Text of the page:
The Young Americans were a nationalist movement within the Democratic Party made up of writers and politicians associated with the New York periodical, the Democratic Review. In this revealing book, Mark Power Smith explores the ways in which–in dialogue with its critics–the movement forged contrasting visions of American nationalism in the decades leading up to the Civil War.

Frustrated, fifty years after independence, by Britain’s political and cultural influence on the United States, the Young Americans drew on a wide variety of intellectual authorities—in the fields of literature, political science, phrenology and international law—to tie popular sovereignty for white men to the universalist idea of natural rights. The movement supported a noxious program of foreign interventionism, racial segregation, and cultural nationalism. What united these policies was a new view of national allegiance: one that saw democracy and free trade not as political privileges but as natural rights for white men.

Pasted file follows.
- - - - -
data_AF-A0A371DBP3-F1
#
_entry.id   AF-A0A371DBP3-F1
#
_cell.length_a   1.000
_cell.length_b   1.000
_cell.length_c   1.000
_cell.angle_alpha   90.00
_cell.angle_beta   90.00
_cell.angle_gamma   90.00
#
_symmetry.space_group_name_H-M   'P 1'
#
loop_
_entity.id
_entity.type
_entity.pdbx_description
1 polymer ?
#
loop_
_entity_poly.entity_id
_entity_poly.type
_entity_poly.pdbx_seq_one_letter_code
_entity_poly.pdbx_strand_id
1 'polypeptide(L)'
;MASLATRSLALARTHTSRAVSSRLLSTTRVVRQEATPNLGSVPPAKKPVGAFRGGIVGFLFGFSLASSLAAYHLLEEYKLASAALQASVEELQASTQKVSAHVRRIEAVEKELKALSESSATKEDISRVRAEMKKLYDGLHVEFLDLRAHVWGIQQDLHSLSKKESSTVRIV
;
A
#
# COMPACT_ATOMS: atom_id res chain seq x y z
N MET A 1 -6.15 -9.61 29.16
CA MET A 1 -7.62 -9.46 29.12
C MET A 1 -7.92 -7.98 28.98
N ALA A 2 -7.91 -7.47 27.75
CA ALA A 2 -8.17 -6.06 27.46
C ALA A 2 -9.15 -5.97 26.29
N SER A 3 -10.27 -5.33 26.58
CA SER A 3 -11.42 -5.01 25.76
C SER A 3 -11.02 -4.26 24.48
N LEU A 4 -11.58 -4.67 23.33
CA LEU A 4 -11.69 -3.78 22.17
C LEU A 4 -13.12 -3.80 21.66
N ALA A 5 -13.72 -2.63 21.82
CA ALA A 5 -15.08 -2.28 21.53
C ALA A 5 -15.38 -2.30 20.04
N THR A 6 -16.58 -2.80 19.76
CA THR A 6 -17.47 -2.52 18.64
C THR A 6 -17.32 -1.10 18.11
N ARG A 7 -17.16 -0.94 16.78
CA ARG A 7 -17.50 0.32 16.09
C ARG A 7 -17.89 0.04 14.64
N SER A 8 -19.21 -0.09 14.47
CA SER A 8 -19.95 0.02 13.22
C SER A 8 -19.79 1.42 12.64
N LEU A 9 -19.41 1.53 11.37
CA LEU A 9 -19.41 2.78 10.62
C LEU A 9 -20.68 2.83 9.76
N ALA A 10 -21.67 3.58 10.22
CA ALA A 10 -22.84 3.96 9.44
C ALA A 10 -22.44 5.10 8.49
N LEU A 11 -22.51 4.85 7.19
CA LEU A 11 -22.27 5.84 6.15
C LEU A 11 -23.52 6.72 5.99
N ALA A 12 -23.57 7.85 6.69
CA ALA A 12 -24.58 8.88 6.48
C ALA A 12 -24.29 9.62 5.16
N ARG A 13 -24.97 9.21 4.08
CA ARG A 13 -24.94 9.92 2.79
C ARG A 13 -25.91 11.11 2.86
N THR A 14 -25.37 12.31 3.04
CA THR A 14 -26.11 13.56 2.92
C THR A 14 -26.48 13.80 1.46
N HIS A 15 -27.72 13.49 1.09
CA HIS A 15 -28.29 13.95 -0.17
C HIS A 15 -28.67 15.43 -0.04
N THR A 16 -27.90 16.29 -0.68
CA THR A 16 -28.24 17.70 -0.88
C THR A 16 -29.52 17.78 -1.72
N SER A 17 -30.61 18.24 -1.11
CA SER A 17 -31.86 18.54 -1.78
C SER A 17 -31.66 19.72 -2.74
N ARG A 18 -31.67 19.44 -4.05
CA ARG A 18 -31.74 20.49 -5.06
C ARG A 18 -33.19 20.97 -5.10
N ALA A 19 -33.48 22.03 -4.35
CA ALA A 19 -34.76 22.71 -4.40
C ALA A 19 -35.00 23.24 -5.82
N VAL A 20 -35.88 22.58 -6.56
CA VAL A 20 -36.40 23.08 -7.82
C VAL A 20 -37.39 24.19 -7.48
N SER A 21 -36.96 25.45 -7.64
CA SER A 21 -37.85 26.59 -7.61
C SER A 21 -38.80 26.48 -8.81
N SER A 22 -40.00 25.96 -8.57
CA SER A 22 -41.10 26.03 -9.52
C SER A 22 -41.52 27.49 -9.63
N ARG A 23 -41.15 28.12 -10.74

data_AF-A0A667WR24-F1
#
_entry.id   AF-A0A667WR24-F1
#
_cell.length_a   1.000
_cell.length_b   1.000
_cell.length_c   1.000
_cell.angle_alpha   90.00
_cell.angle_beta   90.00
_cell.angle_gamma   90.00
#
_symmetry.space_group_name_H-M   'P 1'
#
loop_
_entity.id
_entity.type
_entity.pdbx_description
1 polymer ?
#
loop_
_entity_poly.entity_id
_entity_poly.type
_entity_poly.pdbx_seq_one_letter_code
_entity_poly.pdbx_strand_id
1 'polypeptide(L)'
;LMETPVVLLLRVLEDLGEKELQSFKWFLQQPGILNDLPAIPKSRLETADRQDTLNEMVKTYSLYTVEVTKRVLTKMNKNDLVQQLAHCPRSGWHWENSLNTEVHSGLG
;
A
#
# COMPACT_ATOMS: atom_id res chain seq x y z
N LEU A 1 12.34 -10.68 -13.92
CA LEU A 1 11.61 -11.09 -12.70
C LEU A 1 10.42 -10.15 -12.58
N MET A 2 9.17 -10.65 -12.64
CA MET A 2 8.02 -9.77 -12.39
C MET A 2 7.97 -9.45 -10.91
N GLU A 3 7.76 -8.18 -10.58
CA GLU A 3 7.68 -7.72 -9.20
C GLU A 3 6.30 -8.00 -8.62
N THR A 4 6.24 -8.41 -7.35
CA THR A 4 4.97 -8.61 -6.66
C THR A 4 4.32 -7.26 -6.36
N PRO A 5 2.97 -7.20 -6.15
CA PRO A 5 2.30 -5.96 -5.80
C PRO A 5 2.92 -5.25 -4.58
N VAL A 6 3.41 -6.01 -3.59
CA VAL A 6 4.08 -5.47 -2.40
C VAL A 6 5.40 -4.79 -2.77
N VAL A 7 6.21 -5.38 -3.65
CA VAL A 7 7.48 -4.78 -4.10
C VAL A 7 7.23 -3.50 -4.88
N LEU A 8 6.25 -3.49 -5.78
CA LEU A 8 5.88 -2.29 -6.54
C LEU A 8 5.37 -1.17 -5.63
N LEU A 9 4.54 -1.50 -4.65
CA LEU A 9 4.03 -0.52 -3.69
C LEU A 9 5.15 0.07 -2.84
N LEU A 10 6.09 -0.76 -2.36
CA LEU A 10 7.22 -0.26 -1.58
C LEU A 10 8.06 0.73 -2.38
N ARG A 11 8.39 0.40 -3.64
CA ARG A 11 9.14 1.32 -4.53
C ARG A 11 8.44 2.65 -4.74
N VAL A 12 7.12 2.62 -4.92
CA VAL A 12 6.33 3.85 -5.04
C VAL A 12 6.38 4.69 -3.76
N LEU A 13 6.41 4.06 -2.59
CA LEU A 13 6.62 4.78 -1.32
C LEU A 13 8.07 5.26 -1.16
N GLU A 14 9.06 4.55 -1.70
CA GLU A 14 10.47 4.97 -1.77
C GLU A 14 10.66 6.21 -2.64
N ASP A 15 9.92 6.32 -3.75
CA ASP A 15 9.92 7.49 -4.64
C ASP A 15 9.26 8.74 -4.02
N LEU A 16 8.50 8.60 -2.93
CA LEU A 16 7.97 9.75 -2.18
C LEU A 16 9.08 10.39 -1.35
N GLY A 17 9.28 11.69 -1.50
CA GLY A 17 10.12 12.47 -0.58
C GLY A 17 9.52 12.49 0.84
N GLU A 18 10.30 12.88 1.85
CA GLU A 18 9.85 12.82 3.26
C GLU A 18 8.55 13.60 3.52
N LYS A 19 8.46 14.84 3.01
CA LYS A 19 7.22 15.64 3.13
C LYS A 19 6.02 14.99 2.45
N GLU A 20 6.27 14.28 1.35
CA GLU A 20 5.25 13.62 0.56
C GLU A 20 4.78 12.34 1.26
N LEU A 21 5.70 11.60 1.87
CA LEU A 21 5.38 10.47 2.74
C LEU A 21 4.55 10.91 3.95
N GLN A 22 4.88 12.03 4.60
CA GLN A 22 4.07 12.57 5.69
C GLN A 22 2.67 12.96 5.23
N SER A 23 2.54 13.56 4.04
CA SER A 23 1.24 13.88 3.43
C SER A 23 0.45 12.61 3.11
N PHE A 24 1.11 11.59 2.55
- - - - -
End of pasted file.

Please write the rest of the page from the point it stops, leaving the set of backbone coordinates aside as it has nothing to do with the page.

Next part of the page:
Despite its national reach, this view of the Union inadvertently turned Northern and Southern states against each other, helping to cultivate the conditions for the Civil War. In the end, the Young America movement was ultimately consumed by the sectional ideologies it had brought into being.

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